But the mentality Teddy took towards training did something for him that training for “health” could never have done: it saved his life.
I’ll let him tell you the story.
HOW HEALTH CAN KILL YOU
Teddy: For me, training started when I was young. Some of my most vivid memories as a kid are from sports.
As a high school football player, I trained year round. I feel in love with everything: sprinting, stair running, and any other physical challenge I could swallow.
Unfortunately, a shoulder injury and one too many college parties derailed my playing days. But I still loved training and I wanted my life to revolve around it, so I started powerlifting. My best total came in March 2011 at USAPL Raw Maryland with a 455 squat / 335 Bench / 545 Deadlift at 214 lbs.
But I didn’t really train like a powerlifter. I trained like an athlete. I used sub-maximal weights, typically only going above 80% once every two months or so. I did a lot of sprinting, jumping, sled work, and strongman exercises. (Fasted cardio, cooking wholesome foods, and staying active kept my physique in check.)
On an idle Monday, I was biking to physical therapy school. It was early. I was half asleep. TOOL was soothing my psyche through my ear buds as I traversed a new, unfamiliar route.
I crossed an intersection blindly, but only because there weren’t any signs to tell me otherwise. A car going 20-30 mph T boned me. I saw it at a glance, but it was too late.
After the impact, I jumped up and stumbled to the sidewalk. Although disoriented, I was surprised I could even walk. But I stayed there, awaiting an ambulance.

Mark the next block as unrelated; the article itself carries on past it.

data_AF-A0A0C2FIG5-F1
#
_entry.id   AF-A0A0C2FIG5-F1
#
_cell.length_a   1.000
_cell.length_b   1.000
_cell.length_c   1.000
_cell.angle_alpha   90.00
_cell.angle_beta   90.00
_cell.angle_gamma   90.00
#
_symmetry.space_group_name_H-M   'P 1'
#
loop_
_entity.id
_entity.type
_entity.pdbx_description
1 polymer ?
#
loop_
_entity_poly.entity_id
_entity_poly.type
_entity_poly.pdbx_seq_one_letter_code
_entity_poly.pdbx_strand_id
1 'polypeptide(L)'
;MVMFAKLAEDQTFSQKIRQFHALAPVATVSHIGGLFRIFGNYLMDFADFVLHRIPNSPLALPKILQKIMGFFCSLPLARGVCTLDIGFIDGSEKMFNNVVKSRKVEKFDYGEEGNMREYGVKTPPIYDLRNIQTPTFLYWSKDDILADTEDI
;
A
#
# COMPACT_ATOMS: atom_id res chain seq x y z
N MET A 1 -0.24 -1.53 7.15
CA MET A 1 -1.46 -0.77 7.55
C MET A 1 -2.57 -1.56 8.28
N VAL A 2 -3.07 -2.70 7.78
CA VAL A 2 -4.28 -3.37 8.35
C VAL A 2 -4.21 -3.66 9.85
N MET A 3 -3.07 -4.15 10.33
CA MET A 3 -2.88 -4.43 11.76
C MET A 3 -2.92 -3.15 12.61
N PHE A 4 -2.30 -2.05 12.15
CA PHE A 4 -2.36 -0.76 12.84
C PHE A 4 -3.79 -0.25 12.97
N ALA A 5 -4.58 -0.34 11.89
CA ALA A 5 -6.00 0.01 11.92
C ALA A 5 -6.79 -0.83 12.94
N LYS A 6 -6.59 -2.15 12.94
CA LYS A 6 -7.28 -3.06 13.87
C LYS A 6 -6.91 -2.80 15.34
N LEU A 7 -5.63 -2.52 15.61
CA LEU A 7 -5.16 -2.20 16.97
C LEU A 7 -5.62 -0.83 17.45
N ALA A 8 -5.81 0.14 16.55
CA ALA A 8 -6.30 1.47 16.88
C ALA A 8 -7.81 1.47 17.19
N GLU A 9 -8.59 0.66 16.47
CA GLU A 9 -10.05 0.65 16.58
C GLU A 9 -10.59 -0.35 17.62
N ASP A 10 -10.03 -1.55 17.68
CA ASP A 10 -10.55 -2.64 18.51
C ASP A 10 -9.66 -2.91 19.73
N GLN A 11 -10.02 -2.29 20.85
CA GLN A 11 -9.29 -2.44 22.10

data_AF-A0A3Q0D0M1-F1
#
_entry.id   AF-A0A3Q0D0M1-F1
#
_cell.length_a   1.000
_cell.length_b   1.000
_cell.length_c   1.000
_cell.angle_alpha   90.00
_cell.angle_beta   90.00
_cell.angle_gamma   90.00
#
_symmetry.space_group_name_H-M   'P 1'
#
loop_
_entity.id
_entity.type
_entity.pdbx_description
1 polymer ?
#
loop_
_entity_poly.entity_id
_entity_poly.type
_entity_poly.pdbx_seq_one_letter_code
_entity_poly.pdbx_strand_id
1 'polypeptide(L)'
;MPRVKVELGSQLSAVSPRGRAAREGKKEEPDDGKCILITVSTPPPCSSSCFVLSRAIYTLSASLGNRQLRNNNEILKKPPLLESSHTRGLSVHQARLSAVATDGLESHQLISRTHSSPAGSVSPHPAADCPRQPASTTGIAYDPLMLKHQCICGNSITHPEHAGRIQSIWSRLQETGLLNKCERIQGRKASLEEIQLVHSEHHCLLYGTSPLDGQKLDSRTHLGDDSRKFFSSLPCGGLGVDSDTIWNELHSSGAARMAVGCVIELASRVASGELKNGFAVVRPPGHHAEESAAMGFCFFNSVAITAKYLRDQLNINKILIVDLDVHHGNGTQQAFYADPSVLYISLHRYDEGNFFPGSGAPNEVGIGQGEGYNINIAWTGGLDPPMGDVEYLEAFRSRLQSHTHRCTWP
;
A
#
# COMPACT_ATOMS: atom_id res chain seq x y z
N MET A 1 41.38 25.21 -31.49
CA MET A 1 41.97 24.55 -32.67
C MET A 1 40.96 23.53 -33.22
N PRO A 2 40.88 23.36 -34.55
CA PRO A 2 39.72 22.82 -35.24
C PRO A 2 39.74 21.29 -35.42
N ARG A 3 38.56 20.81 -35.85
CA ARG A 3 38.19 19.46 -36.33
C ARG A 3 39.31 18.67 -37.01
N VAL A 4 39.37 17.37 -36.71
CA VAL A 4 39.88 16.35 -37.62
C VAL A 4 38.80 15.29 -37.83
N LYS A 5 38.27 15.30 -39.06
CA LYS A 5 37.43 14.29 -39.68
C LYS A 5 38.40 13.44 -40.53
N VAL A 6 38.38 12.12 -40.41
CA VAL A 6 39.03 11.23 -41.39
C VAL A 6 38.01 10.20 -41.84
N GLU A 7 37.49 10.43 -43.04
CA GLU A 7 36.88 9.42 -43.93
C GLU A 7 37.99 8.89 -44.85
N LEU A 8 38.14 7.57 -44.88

- Meniscus fraying
- Sprained ACL
- Sprained MCL
- Severely sprained foot
- Torn ligaments in my right hand
- Broken nose
- Facial lacerations
- Bruised ribs
- Strained rotator cuff
- Bone bruising
The ortho’s special tests hinted to a torn ACL and MCL in addition to broken bones. But if you gander at the list above you’ll notice no tears in the knee or no broken bones in the leg.
I have no doubt that making it out alive (and without many broken bones) is credit to strength training. It made me a warrior. Two days before the accident, I squatted 405×5 on my quest to my 500lb January goal.
Imagine I hadn’t lifted weights aggressively. Imagine I trained for “health,” and walked a bit here and there for my exercise. Imagine I had no consideration for muscle mass.
I wouldn’t even be alive, let alone getting compliments from the EMT for damaging the vehicle with my helpless carcass.
You often hear of people questioning pseudo-obsessive training behaviors.
“Do you need to go to the gym that much?”
“Why do you care about muscles?”
“Why do you count calories? Are you an obsessive freak?”
“Why do you care about what you eat so much?”
Those things dig at you sometimes. It’s currently “cool” to be lackadaisical and approach training less seriously. But the thousands of hours I spent sweating in the gym training my strength, power, and mobility and the countless meals I prepared in advanced to flush my body with the correct nutrients was all worth it. Because without all of that—what many people would actually call “unhealthy” behaviors—I probably wouldn’t be here.
Funny how that works out.
Those that trick with no formal gymnastics and martial arts training and with nothing more than a bed of grass at their disposal are called backyard tricksters. For the majority of my tricking career, I was a backyard trickster. This gave me an athletic mentality. I had an athletic outlet.
I’m partially inclined to start a new movement: be a backyard athlete. You don’t need to play a professional sport. You don’t need immense training. Just be an athlete. Let it seep into your soul. Let it affect how you carry yourself.
This relationship between health, fitness, and athletics is funky. I blasted this question to my social media platforms: “Is fitness the same thing as health?” No one mentioned “being harder to kill” as a characteristic of either fitness or health.
What do you think?
Are you an athlete?
Does your training make you harder to kill?